Chain by Ella's Dad via flickr Creative Commons
Way back during #blogeverydayinjune, there was a post from Virtually a Librarian wondering about the point of LinkedIn as a networking tool, particularly when twitter works so well for professional networking. At the time, I was very new to twitter and hadn’t realised it’s full potential to me as a networking tool, or the extent of the personal learning network I would build up via twitter, so was inclined to jump straight in and comment about the various merits and worths of LinkedIn as I saw them at the time.
There were lots of comments to this post, so many that I decided to draft my own post rather than add to the comments. It has, however, taken me some 5 months to move from draft to publish with this one! In that 5 months I have thrown myself wholeheartedly into twitter and was, for a time, inclined to agree with Kate’s assessment. The delay in publishing has worked out well as it turns out, as I have now learned to use LinkedIn in a way that works for me – not so much for my current professional networking but with an eye on the future and the broader workplace context.
Using the principle that, generally, burning bridges is bad, I use LinkedIn to stay in touch with all sorts of people I have met at a professional and otherwise work related level that a) don’t use twitter b) probably don’t want to listen to me rabbit on about LIS on twitter anyway and c) aren’t ‘friends’ of the sort that I would connect with via Facebook. There’s definitely a gap for me between twitter and facebook and LinkedIn seems to fill that adequately.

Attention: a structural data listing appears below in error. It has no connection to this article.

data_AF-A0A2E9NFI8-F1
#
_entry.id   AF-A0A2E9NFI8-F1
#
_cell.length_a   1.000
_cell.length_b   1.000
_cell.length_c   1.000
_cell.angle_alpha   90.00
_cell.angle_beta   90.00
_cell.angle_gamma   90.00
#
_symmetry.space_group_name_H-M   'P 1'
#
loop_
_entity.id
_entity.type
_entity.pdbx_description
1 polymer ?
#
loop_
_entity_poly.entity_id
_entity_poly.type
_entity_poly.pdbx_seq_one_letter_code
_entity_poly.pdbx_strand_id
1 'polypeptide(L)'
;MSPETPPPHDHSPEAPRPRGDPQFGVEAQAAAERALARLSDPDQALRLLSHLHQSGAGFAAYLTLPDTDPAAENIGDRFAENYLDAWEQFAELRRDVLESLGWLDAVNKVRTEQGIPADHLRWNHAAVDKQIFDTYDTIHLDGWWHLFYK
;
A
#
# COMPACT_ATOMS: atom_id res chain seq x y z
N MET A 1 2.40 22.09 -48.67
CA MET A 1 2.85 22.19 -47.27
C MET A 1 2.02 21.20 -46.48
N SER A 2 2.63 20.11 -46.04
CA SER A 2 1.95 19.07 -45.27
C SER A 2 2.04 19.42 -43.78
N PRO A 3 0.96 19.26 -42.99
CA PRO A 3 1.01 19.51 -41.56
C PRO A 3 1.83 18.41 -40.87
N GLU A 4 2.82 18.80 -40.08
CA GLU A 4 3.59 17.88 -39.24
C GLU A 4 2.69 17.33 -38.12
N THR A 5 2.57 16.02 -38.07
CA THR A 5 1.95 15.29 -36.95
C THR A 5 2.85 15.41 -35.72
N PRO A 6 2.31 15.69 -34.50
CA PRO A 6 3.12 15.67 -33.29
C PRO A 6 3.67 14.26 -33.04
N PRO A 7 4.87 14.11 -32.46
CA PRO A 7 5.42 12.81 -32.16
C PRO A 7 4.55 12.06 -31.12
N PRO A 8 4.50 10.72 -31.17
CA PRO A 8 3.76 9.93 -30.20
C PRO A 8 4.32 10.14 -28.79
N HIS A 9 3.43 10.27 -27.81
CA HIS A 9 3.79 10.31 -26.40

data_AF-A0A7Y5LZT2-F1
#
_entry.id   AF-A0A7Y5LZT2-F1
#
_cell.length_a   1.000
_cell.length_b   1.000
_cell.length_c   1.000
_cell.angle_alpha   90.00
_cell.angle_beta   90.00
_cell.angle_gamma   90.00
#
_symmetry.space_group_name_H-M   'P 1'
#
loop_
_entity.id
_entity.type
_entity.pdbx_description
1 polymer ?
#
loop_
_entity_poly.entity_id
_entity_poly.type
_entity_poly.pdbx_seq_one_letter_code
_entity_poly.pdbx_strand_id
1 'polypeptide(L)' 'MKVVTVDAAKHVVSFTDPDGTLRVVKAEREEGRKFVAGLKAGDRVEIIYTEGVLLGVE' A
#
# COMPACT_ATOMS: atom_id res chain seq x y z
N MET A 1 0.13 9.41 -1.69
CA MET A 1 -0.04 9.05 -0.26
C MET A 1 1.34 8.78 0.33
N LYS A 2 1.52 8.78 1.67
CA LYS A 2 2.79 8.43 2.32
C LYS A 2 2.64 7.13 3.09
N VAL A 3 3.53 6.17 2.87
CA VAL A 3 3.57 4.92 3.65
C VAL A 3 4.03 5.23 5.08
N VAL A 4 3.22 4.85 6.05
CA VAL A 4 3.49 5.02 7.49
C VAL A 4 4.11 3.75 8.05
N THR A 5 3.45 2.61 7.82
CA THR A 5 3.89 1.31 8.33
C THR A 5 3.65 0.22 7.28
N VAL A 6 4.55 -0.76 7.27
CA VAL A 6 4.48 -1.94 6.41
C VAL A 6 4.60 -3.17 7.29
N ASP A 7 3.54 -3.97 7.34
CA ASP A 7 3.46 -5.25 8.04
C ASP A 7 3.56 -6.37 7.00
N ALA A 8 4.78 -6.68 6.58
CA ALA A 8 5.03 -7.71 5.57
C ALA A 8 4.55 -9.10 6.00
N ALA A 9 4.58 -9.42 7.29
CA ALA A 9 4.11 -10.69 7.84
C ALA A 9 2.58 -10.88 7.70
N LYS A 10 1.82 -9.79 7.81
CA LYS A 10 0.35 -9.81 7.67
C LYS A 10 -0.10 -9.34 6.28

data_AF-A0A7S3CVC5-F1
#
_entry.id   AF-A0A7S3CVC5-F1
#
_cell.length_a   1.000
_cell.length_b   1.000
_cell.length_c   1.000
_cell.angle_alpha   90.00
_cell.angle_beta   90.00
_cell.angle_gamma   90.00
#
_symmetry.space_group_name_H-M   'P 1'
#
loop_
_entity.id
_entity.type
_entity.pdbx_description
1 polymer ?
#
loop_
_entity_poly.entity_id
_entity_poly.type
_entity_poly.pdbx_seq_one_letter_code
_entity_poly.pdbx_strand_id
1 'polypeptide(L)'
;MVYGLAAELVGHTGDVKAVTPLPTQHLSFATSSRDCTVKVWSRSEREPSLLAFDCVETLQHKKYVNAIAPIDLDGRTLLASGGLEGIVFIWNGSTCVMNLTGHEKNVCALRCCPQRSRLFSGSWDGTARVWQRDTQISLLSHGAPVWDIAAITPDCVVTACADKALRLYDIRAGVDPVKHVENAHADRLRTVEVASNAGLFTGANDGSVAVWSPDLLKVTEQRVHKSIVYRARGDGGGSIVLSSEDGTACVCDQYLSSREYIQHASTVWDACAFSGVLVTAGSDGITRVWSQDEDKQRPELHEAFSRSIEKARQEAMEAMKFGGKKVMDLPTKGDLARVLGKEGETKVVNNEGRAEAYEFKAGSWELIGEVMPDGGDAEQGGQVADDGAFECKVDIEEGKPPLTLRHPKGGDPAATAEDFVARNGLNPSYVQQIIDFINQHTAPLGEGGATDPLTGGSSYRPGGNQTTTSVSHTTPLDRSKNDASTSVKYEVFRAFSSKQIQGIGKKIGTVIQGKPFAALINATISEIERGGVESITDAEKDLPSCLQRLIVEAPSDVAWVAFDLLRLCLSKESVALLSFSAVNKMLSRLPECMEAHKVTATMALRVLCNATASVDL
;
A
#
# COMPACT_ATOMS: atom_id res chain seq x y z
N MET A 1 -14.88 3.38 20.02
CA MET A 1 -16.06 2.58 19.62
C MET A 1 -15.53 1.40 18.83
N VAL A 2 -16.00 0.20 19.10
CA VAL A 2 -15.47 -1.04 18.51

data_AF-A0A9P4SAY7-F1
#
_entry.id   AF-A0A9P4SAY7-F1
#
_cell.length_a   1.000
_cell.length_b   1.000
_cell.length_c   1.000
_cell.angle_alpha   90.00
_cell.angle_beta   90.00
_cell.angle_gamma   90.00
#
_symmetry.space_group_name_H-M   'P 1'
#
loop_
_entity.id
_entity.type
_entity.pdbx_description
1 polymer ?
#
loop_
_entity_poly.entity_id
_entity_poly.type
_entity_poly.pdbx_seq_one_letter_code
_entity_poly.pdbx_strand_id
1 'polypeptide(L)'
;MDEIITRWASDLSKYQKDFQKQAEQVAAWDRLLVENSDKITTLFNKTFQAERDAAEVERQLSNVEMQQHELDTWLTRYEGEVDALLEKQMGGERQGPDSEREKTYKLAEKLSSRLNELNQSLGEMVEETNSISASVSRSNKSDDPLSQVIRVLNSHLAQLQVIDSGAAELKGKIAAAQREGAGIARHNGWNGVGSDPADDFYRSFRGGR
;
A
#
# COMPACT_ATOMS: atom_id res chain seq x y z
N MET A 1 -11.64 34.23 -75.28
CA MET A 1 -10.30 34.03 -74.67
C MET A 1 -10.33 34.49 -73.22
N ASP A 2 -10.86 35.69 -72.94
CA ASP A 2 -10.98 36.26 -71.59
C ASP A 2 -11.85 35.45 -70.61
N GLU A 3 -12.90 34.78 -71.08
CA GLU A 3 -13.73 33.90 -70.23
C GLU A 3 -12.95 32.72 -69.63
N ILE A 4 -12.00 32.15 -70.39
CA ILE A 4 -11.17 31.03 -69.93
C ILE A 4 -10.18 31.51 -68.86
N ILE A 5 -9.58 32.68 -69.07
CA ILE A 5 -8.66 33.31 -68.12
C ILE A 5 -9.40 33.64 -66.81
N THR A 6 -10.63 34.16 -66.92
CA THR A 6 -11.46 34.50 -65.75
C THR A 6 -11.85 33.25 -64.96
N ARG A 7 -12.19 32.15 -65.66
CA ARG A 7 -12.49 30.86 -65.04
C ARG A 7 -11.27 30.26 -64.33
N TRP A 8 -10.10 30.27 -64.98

Working in higher education for example, I have met a lot of interesting and talented sessional teachers working in business, accounting and management. I’d like to keep in touch with some of these contacts after either they or I move on from MPOW but the stuff either side would tweet about on a daily basis is not really of immediate use to either of us. LinkedIn gives us a less invasive (annoying?) way to stay connected. I’m less concerned with collecting ‘friends’ as I am with ensuring I have valuable and valid professional contacts (even if they are for that ‘just in case’ time in the future). Not all of these contacts are working in my chosen field (as opposed to my twitter network which is almost entirely libraryland folk).
Des Walsh left a comment on Kate’s original blog post that highlighted some of this and also pointed out that no profile on LinkedIn is probably better than an out of date profile. If a prospective or potential employer or business partner does check your LinkedIn profile, you want that to be current or relevant.
With this in mind, I do keep my LinkedIn profile up to date.
I also like the ‘leaving recommendations’ function of LinkedIn. A colleague recently facilitated a workshop I was involved in and navigated the group through a difficult series of decisions with what I considered to be consumate skill. I immediately went to write a recommendation on said colleague’s LinkedIn profile – only to find that there wasn’t one! Apparently this person used to have one, but decided that as it was never up to date it was more useful to take it down. In reverse, if someone has left a positive recommendation about me then that surely can’t hurt my prospects with any future employer?